Suicide Prevention Month: Ways To Prioritize Emotional Health

Use these tips to focus on your mental wellness

September serves as Suicide Prevention Month, a time to prioritize your emotional health on a stigmatized mental health topic. Ideation has no age, gender or label for anyone, and it’s important always to handle the subject with empathy.

According to the CDC, suicide rates increased 37 percent between 2000-2018 and decreased 5 percent between 2018-2020. However, rates nearly returned to their peak in 2021.

“Nine in ten Americans believe America is facing a mental health crisis. The new suicide death data reported by the CDC illustrates why. One life lost to suicide is one too many. Yet, too many people still believe asking for help is a sign of weakness,” said HHS Secretary Xavier Becerra.

With society’s progression in discussing mental health and suicide ideation, we’ve curated a list of ways and resources to prioritize your mental wellness.

Read ‘How To Support Someone’s Mental Health And Wellness Beyond Suicide Prevention Awareness Month’

Stay Connected

Although the pandemic shifted how we connect with others, staying connected with those who care is crucial. Emotional support can be helpful to those who need someone to vent to in the time of mental struggles.

Create A Safe Space

For those who have loved ones having suicidal ideations, it’s important to pay attention and make a safe space for them. According to data, Pandemic-related disruptions to schooling, socializing and family life have created a situation that the U.S. surgeon general has described as a “youth mental health crisis,” with high rates of teens experiencing distress.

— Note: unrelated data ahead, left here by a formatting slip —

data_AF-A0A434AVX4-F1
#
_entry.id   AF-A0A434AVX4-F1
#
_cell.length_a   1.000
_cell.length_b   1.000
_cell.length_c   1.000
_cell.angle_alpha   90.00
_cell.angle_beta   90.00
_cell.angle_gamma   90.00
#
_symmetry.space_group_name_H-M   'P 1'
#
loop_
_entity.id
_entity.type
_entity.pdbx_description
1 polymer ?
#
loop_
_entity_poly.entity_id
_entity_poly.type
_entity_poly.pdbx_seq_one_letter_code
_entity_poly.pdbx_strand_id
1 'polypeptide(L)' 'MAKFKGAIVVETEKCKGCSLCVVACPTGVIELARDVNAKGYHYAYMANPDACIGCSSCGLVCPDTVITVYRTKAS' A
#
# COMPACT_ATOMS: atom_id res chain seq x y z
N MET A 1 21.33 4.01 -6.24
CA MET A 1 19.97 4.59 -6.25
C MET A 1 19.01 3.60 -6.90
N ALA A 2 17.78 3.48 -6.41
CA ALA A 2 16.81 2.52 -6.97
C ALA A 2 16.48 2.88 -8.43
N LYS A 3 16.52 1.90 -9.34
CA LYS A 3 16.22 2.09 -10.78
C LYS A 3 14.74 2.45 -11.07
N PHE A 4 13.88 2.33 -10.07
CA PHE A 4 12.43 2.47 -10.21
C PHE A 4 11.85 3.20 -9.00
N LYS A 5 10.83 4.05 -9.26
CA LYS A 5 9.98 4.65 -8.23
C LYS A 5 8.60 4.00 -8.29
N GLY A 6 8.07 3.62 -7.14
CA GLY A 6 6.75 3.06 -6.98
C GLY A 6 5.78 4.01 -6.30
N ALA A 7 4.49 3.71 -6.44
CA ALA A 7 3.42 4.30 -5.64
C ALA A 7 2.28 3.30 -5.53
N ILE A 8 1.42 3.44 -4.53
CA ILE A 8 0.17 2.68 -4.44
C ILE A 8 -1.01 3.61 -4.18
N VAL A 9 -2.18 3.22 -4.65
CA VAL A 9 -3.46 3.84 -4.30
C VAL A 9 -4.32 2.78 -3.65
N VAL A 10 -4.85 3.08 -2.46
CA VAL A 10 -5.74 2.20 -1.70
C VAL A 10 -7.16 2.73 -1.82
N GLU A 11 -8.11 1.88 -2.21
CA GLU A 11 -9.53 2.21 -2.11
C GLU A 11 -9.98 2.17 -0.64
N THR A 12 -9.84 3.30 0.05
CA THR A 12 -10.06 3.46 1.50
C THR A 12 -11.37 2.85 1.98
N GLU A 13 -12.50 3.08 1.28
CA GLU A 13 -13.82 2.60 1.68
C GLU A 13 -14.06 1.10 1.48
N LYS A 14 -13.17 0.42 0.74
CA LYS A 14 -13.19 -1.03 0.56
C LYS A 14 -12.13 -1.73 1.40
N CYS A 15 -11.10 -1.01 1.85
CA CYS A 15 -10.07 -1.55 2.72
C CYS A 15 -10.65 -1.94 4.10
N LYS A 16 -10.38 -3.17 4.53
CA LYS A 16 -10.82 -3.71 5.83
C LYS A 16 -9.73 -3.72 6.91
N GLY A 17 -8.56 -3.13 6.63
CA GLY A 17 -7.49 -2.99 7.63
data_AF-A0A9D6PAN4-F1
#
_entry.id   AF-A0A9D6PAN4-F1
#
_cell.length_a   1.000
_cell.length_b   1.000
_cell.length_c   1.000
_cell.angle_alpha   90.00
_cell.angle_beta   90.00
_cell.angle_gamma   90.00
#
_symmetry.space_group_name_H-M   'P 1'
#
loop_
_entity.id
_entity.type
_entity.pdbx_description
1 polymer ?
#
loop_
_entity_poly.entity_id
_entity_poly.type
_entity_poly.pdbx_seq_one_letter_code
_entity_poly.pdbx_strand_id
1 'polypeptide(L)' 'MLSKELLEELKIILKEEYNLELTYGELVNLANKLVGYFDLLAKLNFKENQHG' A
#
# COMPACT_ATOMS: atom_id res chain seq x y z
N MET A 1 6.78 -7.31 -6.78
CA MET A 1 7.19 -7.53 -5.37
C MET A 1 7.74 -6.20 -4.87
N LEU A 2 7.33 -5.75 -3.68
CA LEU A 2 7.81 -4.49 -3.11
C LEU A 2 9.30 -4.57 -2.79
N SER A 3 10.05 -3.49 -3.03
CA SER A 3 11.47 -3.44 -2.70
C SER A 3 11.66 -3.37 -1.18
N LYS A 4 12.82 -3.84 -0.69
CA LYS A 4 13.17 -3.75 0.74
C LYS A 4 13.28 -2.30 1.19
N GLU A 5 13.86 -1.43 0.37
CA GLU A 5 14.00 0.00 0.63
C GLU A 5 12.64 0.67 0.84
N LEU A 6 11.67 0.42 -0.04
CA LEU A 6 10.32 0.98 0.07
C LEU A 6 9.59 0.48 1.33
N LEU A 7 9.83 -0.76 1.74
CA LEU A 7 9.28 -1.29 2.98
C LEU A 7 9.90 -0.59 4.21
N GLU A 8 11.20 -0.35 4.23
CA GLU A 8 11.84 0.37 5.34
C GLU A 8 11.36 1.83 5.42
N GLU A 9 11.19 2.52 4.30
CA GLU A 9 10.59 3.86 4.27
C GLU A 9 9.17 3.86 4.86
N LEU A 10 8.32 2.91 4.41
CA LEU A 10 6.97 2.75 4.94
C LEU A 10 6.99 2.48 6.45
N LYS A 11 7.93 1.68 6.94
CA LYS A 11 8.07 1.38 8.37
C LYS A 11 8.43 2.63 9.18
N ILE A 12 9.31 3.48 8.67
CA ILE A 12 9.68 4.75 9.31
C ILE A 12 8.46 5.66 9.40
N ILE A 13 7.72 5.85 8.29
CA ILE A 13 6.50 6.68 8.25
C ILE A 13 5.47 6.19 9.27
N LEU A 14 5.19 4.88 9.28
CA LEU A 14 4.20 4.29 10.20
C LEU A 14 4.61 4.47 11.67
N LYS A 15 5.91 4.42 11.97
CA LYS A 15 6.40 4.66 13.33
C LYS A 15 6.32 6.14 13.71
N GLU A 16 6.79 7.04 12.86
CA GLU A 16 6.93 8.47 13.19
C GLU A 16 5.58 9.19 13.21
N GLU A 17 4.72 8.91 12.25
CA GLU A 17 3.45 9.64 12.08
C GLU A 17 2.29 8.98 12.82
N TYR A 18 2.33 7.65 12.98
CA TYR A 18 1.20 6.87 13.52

Share Resources

According to the National Alliance on Mental Illness, Suicide is the second leading cause of death among people aged 10-14, the 3rd leading cause of death among those aged 15-24, and the 12th leading cause of death overall in the U.S. With better resources and organizations more options can provide help to you or your loved ones.


For many people who struggle with suicide ideation, advocacy is the most significant thing they need. When they see someone in their corner, it helps them feel less alone. According to the CDC, suicide deaths reflect only a portion of the problem. Every year, millions of Americans seriously think about suicide, plan, or attempt suicide. Suicide and attempts can contribute to lasting impacts on individuals, families, and communities.

About Kenyatta: Clark Atlanta University and Medill School alumna Kenyatta Victoria is the Girls United writer covering everything from news, pop culture, lifestyle, and investigative stories. When not reporting, she’s diving deep into her curated playlists or binging her favorite comfort shows.

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